If we have no peace, it is because we have forgotten that we belong to each other. — Mother Teresa of Calcutta

Whoever said anybody has a right to give up? — Marian Wright Edelman

All I have seen teaches me to trust the Creator for all I have not seen.  — Ralph Waldo Emerson

If we do not transform our pain, we will transmit it. — Richard Rohr

Truth can be told in an instant, forgiveness can be offered spontaneously, but reconciliation is the work of lifetimes and generations. — Krista Tippett, Speaking of Faith

Wounding and healing are not opposites. They’re part of the same thing. It is our wounds that enable us to be compassionate with the wounds of others. It is our limitations that make us kind to the limitations of other people. It is our loneliness that helps us to find other people or to even know they’re alone with an illness. I think I have served people perfectly with parts of myself I used to be ashamed of. — Rachel Naomi Remen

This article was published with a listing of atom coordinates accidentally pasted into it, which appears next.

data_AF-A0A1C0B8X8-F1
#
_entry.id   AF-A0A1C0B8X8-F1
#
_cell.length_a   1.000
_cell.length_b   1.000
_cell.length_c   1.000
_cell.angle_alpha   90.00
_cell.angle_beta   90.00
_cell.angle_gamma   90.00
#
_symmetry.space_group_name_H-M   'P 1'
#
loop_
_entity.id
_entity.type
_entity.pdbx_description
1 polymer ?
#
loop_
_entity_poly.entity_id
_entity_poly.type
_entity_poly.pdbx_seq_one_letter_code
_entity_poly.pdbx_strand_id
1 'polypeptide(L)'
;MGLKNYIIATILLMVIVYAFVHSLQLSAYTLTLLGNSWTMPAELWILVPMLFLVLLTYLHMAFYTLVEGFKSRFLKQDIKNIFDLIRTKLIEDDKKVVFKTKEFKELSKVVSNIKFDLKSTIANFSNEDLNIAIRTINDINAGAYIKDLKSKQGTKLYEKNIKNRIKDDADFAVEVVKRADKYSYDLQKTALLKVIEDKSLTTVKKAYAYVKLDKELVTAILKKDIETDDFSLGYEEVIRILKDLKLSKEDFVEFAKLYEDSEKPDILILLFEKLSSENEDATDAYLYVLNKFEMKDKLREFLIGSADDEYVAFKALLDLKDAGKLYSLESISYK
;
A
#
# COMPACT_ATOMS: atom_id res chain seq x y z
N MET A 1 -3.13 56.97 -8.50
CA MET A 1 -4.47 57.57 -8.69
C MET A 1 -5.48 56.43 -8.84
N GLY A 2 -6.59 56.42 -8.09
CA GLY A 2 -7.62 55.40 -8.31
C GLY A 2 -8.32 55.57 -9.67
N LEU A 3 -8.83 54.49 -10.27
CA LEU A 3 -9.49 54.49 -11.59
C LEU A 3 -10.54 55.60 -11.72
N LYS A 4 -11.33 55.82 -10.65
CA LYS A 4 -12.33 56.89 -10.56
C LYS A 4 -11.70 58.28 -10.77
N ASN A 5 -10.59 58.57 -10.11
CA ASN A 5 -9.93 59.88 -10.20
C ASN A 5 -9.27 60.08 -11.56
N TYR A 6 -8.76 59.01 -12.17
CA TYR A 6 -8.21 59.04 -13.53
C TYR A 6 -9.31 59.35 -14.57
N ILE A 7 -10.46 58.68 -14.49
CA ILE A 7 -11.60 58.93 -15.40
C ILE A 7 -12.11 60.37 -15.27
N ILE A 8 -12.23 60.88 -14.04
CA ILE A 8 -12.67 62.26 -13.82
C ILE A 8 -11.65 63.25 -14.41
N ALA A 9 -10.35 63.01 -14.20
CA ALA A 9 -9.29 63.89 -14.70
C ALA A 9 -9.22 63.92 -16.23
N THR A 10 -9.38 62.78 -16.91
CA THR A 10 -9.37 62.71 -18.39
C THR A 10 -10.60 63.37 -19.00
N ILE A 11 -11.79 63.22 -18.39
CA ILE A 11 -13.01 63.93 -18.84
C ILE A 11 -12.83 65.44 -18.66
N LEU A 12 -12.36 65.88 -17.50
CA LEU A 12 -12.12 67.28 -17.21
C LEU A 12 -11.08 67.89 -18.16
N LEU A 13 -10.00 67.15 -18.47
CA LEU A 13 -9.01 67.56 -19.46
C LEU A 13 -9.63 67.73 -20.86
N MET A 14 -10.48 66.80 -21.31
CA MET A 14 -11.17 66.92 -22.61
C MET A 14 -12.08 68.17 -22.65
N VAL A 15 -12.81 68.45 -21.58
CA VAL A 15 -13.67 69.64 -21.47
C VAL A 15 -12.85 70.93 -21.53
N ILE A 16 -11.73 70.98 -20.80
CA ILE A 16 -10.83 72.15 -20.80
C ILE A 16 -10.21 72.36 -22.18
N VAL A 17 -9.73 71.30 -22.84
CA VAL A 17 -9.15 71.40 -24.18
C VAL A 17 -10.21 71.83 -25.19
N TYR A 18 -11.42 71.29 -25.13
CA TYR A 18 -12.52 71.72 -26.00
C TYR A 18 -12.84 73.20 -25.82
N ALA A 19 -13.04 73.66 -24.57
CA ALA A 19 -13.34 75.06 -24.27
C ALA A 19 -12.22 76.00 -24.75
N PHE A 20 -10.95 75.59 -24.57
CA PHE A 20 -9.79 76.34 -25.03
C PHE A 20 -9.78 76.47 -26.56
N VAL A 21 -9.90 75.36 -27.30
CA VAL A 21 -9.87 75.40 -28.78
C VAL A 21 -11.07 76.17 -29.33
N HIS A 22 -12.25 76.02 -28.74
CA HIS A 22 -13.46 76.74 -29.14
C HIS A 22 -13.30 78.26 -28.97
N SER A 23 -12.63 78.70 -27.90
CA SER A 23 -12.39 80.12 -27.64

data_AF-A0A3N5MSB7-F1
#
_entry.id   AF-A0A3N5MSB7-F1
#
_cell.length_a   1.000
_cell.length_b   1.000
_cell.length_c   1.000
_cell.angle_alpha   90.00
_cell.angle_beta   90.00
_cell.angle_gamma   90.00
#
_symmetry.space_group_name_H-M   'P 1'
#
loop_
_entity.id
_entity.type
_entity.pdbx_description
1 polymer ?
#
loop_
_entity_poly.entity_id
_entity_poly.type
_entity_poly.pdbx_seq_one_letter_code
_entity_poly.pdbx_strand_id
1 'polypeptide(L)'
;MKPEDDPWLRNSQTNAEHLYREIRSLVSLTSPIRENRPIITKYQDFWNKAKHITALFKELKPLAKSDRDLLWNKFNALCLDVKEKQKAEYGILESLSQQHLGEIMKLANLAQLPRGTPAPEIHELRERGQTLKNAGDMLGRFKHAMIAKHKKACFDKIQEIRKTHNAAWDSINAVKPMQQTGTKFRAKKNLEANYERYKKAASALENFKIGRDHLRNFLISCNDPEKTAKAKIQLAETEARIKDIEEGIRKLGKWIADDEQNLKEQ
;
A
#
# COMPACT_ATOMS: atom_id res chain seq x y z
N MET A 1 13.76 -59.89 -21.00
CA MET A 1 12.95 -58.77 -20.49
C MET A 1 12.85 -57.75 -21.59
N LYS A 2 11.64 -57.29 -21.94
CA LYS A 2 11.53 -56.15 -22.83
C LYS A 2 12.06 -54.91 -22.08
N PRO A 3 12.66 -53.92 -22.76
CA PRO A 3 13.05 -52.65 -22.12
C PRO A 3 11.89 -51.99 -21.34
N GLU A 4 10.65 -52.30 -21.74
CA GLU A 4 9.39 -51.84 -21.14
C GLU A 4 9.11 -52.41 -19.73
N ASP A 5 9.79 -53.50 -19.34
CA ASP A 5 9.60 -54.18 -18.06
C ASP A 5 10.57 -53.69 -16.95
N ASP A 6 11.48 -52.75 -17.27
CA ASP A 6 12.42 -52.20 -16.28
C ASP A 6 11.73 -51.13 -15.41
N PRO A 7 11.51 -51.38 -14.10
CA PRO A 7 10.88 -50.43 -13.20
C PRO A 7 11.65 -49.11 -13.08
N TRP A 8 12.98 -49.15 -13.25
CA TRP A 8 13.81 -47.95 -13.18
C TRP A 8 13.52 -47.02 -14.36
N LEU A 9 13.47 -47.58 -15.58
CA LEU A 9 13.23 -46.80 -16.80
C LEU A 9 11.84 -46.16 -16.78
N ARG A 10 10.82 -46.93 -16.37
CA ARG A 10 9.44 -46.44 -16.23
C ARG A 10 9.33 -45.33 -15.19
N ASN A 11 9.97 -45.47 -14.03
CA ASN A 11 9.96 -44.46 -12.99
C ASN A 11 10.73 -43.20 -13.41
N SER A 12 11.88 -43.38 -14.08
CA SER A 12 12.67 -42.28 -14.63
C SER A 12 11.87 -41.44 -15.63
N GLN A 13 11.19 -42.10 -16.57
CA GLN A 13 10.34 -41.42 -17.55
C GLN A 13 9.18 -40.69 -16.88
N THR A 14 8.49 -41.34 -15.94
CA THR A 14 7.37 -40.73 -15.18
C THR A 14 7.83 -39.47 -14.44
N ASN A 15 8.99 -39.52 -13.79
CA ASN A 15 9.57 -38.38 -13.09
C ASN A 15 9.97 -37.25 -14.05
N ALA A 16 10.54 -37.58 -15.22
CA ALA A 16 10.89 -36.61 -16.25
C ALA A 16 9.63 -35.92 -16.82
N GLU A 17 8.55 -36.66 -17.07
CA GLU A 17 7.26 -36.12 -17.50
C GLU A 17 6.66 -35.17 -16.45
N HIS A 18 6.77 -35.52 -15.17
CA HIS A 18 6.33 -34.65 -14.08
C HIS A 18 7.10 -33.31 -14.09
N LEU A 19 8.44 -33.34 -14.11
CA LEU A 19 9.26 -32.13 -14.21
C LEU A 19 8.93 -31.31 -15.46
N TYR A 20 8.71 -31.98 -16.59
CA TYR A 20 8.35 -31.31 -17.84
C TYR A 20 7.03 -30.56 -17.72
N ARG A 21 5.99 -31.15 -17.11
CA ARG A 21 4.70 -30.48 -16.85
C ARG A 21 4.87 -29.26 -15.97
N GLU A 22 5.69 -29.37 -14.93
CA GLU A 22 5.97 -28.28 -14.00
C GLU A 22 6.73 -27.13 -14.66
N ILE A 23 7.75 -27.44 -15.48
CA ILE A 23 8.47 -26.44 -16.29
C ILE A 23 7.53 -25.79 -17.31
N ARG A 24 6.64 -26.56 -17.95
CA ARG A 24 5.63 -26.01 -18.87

In the evening, we will be judged on love. – St. John of the Cross


From the United Church of Christ (national offices)

Last weekend, a group of white supremacists came to Charlottesville, Virginia, and incited violence to protest the removal of a Confederate monument. Although protest is the bedrock of our nation’s democracy, coming in riot gear proves that they intended to do more than simply protest.

We, the Council of Conference Ministers and Officers of the United Church of Christ, strongly condemn the acts of violent hatred expressed by these white supremacists, Neo-Nazis, and Ku Klux Klan members. Their white robes and burning crosses were replaced with polo shirts, khakis, and tiki torches, while their lynching was replaced with a speeding car barreling through a group of peaceful protesters with the intention of harming and killing others, which it did. Their vitriolic hatred is the same.